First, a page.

VA making claims inroads

Backlog of disability filings down 80 percent

The U.S. Department of Veterans Affairs is gaining ground in its battle against a backlog of disability compensation claims, according to the regional director of the Veterans Benefits Administration, who attended an open house meeting Tuesday at Van Zandt VA Medical Center.

Four years ago, more than 400,000 such claims had languished longer than the 125-day target deadline for decisions, said Jennifer Vandermolen, whose office serves 27 counties in southwestern Pennsylvania and the West Virginia panhandle.

Now it’s down to 75,000 — an 80 percent reduction, she said.

A move to paperless handling of claims, a program that engages veterans associations for preparatory work, automation of administrative functions and mandatory overtime for VA employees have made the difference, Vandermolen said.

Her Pittsburgh office has been paperless for more than a year, she said.

The move away from paper has included a streamlined application process like that used by TurboTax or convenience store ordering kiosks — a software decision-tree that leads veterans through a series of questions step-by-step, helping to eliminate mistakes, Vandermolen said.

Enlisting the American Legion, Veterans of Foreign Wars and the Disabled American Veterans to help prepare applications for veterans has led to the filing of “decision-ready” claims, she said.

The program involved training association representatives in obtaining necessary evidence prior to filing, she said.

It takes advantage of the associations’ broad expertise, she added.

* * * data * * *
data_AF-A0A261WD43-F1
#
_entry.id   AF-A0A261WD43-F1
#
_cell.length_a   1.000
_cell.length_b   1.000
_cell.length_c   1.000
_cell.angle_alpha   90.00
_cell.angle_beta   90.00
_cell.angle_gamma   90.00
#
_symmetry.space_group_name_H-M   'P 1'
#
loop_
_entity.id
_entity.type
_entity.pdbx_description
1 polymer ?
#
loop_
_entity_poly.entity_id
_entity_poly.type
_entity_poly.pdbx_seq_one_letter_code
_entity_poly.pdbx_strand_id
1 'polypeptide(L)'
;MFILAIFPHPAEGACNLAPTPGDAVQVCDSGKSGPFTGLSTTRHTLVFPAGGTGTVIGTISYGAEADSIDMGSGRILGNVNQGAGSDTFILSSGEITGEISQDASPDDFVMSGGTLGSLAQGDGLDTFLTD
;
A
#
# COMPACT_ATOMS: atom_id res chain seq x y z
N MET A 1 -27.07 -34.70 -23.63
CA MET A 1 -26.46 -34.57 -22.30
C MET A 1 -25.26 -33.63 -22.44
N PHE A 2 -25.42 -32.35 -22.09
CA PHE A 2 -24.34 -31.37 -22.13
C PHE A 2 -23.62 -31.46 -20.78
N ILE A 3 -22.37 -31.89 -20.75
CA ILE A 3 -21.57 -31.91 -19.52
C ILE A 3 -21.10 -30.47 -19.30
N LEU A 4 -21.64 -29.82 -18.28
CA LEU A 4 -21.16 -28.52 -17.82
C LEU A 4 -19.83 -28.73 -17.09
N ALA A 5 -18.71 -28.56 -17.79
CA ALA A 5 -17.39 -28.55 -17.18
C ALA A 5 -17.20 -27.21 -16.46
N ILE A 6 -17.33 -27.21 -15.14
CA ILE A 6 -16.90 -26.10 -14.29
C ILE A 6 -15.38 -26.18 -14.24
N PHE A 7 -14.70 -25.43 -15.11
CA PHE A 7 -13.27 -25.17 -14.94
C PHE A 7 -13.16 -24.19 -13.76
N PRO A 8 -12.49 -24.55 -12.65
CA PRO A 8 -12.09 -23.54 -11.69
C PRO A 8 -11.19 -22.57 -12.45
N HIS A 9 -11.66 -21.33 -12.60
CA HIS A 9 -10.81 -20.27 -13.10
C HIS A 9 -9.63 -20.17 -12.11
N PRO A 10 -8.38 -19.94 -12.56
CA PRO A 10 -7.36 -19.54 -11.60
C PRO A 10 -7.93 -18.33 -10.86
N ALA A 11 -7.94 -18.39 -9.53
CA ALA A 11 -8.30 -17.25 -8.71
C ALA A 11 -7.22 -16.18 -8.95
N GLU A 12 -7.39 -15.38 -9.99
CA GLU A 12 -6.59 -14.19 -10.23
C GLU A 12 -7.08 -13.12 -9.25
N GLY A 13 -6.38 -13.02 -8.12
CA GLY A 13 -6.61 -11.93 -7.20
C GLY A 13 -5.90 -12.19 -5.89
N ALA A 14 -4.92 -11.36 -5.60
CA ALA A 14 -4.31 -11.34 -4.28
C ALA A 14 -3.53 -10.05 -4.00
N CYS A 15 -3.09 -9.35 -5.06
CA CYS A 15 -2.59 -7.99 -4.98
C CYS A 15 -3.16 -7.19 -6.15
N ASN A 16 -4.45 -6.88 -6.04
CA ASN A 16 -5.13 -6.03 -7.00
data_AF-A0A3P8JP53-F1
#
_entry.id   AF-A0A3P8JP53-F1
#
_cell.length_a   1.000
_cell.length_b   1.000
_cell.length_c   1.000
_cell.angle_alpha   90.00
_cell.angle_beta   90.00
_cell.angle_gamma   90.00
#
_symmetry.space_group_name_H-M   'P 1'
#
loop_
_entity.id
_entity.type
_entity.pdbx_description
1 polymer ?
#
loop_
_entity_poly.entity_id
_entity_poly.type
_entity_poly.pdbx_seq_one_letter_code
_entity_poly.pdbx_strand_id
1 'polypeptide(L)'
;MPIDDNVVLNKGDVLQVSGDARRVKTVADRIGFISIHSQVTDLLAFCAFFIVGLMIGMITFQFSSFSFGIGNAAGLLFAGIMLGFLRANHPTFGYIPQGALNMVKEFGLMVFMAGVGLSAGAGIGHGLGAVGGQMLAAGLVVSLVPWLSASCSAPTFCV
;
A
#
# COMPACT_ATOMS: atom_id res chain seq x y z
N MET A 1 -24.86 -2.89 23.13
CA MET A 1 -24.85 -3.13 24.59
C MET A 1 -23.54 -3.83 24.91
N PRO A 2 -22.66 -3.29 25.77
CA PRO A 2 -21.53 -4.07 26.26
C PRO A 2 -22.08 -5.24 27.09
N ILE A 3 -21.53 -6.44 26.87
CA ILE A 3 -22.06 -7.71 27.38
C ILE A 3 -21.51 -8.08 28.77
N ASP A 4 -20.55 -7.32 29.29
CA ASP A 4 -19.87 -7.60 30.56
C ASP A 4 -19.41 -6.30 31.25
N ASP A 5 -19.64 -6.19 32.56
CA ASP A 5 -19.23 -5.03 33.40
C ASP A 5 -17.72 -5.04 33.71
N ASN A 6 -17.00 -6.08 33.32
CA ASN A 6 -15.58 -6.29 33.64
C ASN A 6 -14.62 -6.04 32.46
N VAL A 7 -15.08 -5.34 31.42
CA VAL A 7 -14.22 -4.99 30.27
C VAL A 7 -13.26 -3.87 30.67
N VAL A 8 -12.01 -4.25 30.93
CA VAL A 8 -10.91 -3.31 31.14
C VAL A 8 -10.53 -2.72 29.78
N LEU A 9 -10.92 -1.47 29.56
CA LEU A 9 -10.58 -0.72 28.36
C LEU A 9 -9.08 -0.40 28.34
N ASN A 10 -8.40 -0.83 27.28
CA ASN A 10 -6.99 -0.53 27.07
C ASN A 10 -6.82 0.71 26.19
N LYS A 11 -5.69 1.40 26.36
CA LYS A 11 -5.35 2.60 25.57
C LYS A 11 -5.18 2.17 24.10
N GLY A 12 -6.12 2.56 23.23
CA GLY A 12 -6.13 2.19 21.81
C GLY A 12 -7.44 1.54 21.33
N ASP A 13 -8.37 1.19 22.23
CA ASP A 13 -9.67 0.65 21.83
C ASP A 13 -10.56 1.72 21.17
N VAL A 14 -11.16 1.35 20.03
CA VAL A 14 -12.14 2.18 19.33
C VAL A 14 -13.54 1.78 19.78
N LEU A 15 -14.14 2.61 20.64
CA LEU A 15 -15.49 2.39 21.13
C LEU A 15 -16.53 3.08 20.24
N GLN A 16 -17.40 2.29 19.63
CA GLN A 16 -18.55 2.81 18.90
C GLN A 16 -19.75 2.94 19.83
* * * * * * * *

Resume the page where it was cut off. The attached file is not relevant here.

The automation of administrative functions has freed VBA employees to make claims decisions, Vandermolen said.

Disability payments are tax-free and monthly, according to the VBA website.

They’re paid based on a disease incurred or aggravated during active military service, according to the website.

Once filed, claims go to a service representative for review, along with the applicant’s military history, which is automatically forwarded from the Department of Defense, Vandermolen said.

The local VA hospital may also examine the claimant and the VBA may also obtain additional evidence before making a disability determination.

Disability findings can be based on damages from radiation exposure, hearing loss from big guns, a back injury from a fall, diabetes from Agent Orange, a traumatic brain injury from an explosion, or sickness from drinking contaminated water, for example, she said.

Disability can range from zero to 100 percent, with payments commencing at

10 percent and rising with the disability percentage.

Even zero percent disability carries a benefit: eligibility for VA treatment for the service-connected problem — hearing loss for example, Vandermolen said.

Anyone with a service-connected disability of

50 percent or more is eligible for all health care services and all medicine for free from the VA, according to Cindy Dunkle, chief of health administration service at Van Zandt.

The rules for VA health care eligibility are complicated, according to Dunkle, who handed over a booklet that details those rules.

The minimum duty requirement for most veterans who began their military service about the beginning of the 1980s is two years active duty, according to Dunkle and the booklet.

Generally, returnees from recent wars have been awarded five years free VA medical care, according to the booklet.

Veterans can learn their VA health care eligibility definitively by filing a 10-10EZ form.

It takes about 30 minutes to complete, according to instructions on the form.

Mirror Staff Writer William Kibler is at 949-7038.